OCR AS Biology

Revision Notes

4.2.4 Measuring Species Richness & Species Evenness

Measuring Species Richness & Species Evenness

  • One measure of biodiversity is the species diversity in a given area
  • There are two key components of species diversity:
    • Species richness
    • Species evenness
  • Species richness is a measure of the number of different species within a given area
    • An area with a greater number of species will have a greater species richness
    • For example, a tropical rain forest has a very high number of different species so it would be described as being a species-rich area
  • However, species richness can be a misleading indicator of diversity as it does not take into account the number of individuals of each species
  • Species evenness is a measure of the relative abundance of the different species within a given area
    • An area in which all the species have similar abundances will have a greater species evenness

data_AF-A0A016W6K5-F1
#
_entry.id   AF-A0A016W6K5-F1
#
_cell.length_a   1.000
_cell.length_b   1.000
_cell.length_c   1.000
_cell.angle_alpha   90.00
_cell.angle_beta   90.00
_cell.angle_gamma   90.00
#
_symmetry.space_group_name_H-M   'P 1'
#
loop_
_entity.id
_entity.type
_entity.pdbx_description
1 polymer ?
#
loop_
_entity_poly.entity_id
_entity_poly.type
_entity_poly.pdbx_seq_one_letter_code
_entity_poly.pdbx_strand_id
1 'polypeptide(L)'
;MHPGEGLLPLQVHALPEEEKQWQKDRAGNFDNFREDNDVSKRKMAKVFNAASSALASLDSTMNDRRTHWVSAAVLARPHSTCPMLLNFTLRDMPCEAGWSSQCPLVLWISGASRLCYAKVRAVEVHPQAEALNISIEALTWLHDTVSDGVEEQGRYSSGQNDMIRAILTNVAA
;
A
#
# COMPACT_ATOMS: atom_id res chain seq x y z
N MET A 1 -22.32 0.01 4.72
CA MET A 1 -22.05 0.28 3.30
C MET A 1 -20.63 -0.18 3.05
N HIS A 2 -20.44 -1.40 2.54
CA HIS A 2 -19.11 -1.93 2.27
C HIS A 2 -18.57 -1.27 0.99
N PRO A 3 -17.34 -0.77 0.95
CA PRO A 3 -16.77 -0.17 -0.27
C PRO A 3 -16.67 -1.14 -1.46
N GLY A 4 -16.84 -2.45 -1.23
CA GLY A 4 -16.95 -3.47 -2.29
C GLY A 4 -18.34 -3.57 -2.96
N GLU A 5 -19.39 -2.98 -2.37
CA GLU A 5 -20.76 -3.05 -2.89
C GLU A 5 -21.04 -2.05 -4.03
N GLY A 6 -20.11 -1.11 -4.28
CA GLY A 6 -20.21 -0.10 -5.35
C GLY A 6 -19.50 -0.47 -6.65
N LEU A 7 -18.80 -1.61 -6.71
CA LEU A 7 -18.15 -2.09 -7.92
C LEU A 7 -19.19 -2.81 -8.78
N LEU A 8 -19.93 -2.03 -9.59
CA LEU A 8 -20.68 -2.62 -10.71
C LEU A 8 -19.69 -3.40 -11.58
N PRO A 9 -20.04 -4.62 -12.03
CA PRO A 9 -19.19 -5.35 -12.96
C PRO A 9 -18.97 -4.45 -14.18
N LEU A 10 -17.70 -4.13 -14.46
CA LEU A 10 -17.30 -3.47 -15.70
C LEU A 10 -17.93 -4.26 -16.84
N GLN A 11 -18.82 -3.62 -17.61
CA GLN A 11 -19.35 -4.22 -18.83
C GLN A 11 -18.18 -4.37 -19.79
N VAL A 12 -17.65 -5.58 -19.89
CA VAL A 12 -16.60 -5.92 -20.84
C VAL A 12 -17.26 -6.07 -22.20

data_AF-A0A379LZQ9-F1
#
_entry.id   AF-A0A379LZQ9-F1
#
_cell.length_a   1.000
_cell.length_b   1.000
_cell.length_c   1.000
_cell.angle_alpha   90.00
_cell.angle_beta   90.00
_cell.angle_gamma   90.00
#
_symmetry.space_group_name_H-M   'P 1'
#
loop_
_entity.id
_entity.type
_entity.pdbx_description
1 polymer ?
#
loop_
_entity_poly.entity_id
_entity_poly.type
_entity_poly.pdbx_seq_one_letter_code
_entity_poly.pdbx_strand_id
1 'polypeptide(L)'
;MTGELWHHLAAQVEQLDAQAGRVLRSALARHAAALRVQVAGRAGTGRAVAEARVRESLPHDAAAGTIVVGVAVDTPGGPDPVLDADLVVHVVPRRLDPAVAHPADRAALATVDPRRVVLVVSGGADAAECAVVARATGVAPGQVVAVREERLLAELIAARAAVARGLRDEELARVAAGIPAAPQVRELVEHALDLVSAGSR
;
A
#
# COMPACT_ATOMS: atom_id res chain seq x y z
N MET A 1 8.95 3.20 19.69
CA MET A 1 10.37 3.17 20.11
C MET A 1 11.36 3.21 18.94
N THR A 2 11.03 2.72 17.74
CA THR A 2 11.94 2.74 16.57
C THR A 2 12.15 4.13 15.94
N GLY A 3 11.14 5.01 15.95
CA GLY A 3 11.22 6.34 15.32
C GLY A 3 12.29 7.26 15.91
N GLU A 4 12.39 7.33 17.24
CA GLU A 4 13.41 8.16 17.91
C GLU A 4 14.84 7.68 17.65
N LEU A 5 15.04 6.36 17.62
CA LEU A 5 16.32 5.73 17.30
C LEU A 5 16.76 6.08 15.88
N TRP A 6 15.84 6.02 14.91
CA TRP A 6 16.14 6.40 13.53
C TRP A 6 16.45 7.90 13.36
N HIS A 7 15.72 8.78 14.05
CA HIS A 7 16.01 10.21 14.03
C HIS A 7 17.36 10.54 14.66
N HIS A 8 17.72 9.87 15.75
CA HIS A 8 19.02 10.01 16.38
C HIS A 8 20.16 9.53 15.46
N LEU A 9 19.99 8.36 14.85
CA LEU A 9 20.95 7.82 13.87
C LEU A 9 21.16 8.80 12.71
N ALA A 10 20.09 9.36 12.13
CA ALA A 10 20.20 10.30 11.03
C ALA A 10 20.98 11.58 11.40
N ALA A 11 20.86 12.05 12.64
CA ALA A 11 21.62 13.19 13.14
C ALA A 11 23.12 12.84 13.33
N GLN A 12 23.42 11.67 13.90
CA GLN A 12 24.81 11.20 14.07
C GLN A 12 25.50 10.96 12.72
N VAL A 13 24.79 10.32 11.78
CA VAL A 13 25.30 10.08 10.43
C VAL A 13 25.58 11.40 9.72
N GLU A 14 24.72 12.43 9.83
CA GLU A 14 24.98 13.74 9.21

• In the example below, Area 1 and Area 2 both contain 4 tree species
    • However, Area 2 is actually dominated by one species and in fact, one of the species is very rare (only one individual)
    • Although the two areas have exactly the same species richness, Area 1 has a higher species evenness (and therefore a higher overall species diversity) than Area 2
    • This example illustrates the limitations of using just species richness on its own
  • Conservationists often favour the use of an index of diversity (known as Simpson’s Index) as it takes into account both species richness and evenness

Exam Tip

To measure species richness you simply count the number of different species present.

To measure species evenness you count the number of different species present and the number of individuals of each species (basically any sampling method that takes into account the abundance of each species).

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